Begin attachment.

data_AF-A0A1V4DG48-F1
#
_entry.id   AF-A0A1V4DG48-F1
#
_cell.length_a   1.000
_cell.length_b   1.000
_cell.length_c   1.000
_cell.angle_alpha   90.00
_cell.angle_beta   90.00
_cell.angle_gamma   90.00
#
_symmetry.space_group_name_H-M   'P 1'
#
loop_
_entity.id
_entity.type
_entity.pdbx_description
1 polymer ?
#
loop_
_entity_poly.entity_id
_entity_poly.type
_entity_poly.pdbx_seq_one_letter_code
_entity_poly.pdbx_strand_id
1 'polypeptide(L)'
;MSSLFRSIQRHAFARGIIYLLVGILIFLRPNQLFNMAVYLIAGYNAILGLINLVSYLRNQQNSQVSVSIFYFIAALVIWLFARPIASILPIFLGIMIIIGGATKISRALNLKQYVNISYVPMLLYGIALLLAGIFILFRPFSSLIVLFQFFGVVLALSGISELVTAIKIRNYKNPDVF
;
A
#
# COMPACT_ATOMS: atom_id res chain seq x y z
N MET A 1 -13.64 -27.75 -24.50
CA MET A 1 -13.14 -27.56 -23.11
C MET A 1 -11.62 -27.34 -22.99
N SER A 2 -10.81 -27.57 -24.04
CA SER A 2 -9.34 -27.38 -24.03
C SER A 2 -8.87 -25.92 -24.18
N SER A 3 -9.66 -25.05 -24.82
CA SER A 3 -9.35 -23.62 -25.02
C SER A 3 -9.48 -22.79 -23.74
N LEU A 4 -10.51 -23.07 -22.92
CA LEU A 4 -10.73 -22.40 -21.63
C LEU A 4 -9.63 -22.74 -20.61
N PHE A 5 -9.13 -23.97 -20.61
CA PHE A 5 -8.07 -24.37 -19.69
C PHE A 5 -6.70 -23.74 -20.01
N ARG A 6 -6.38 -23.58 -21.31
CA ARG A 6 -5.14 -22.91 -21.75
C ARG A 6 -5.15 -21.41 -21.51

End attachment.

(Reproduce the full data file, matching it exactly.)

data_AF-A0A1V4DG48-F1
#
_entry.id   AF-A0A1V4DG48-F1
#
_cell.length_a   1.000
_cell.length_b   1.000
_cell.length_c   1.000
_cell.angle_alpha   90.00
_cell.angle_beta   90.00
_cell.angle_gamma   90.00
#
_symmetry.space_group_name_H-M   'P 1'
#
loop_
_entity.id
_entity.type
_entity.pdbx_description
1 polymer ?
#
loop_
_entity_poly.entity_id
_entity_poly.type
_entity_poly.pdbx_seq_one_letter_code
_entity_poly.pdbx_strand_id
1 'polypeptide(L)'
;MSSLFRSIQRHAFARGIIYLLVGILIFLRPNQLFNMAVYLIAGYNAILGLINLVSYLRNQQNSQVSVSIFYFIAALVIWLFARPIASILPIFLGIMIIIGGATKISRALNLKQYVNISYVPMLLYGIALLLAGIFILFRPFSSLIVLFQFFGVVLALSGISELVTAIKIRNYKNPDVF
;
A
#
# COMPACT_ATOMS: atom_id res chain seq x y z
N MET A 1 -13.64 -27.75 -24.50
CA MET A 1 -13.14 -27.56 -23.11
C MET A 1 -11.62 -27.34 -22.99
N SER A 2 -10.81 -27.57 -24.04
CA SER A 2 -9.34 -27.38 -24.03
C SER A 2 -8.87 -25.92 -24.18
N SER A 3 -9.66 -25.05 -24.82
CA SER A 3 -9.35 -23.62 -25.02
C SER A 3 -9.48 -22.79 -23.74
N LEU A 4 -10.51 -23.07 -22.92
CA LEU A 4 -10.73 -22.40 -21.63
C LEU A 4 -9.63 -22.74 -20.61
N PHE A 5 -9.13 -23.97 -20.61
CA PHE A 5 -8.07 -24.37 -19.69
C PHE A 5 -6.70 -23.74 -20.01
N ARG A 6 -6.38 -23.58 -21.31
CA ARG A 6 -5.14 -22.91 -21.75
C ARG A 6 -5.15 -21.41 -21.51